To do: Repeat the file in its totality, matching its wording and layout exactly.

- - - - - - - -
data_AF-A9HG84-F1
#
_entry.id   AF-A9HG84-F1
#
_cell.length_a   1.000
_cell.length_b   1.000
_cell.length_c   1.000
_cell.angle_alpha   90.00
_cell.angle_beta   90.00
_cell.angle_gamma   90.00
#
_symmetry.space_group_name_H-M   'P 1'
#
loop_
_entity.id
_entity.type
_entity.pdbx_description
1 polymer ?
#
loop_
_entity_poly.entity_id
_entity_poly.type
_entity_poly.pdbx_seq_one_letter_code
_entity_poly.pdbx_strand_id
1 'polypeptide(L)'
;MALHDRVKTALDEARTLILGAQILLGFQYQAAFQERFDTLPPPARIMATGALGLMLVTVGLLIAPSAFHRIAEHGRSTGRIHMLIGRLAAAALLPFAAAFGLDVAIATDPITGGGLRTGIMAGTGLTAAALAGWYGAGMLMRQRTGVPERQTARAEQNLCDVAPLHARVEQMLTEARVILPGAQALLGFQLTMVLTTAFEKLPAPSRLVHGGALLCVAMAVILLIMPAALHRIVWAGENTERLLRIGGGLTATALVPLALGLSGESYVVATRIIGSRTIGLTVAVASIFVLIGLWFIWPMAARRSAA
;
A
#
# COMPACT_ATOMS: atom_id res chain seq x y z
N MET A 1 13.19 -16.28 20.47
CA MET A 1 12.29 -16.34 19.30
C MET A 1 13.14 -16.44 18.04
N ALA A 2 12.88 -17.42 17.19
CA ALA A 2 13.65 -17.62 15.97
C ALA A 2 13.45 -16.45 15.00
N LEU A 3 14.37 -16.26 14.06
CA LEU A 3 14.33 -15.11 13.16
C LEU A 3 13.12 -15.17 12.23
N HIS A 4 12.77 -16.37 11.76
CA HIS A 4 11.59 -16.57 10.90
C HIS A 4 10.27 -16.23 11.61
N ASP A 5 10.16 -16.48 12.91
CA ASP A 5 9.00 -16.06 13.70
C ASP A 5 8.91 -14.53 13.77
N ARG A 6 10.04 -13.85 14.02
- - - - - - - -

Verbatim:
data_AF-A9HG84-F1
#
_entry.id   AF-A9HG84-F1
#
_cell.length_a   1.000
_cell.length_b   1.000
_cell.length_c   1.000
_cell.angle_alpha   90.00
_cell.angle_beta   90.00
_cell.angle_gamma   90.00
#
_symmetry.space_group_name_H-M   'P 1'
#
loop_
_entity.id
_entity.type
_entity.pdbx_description
1 polymer ?
#
loop_
_entity_poly.entity_id
_entity_poly.type
_entity_poly.pdbx_seq_one_letter_code
_entity_poly.pdbx_strand_id
1 'polypeptide(L)'
;MALHDRVKTALDEARTLILGAQILLGFQYQAAFQERFDTLPPPARIMATGALGLMLVTVGLLIAPSAFHRIAEHGRSTGRIHMLIGRLAAAALLPFAAAFGLDVAIATDPITGGGLRTGIMAGTGLTAAALAGWYGAGMLMRQRTGVPERQTARAEQNLCDVAPLHARVEQMLTEARVILPGAQALLGFQLTMVLTTAFEKLPAPSRLVHGGALLCVAMAVILLIMPAALHRIVWAGENTERLLRIGGGLTATALVPLALGLSGESYVVATRIIGSRTIGLTVAVASIFVLIGLWFIWPMAARRSAA
;
A
#
# COMPACT_ATOMS: atom_id res chain seq x y z
N MET A 1 13.19 -16.28 20.47
CA MET A 1 12.29 -16.34 19.30
C MET A 1 13.14 -16.44 18.04
N ALA A 2 12.88 -17.42 17.19
CA ALA A 2 13.65 -17.62 15.97
C ALA A 2 13.45 -16.45 15.00
N LEU A 3 14.37 -16.26 14.06
CA LEU A 3 14.33 -15.11 13.16
C LEU A 3 13.12 -15.17 12.23
N HIS A 4 12.77 -16.37 11.76
CA HIS A 4 11.59 -16.57 10.90
C HIS A 4 10.27 -16.23 11.61
N ASP A 5 10.16 -16.48 12.91
CA ASP A 5 9.00 -16.06 13.70
C ASP A 5 8.91 -14.53 13.77
N ARG A 6 10.04 -13.85 14.02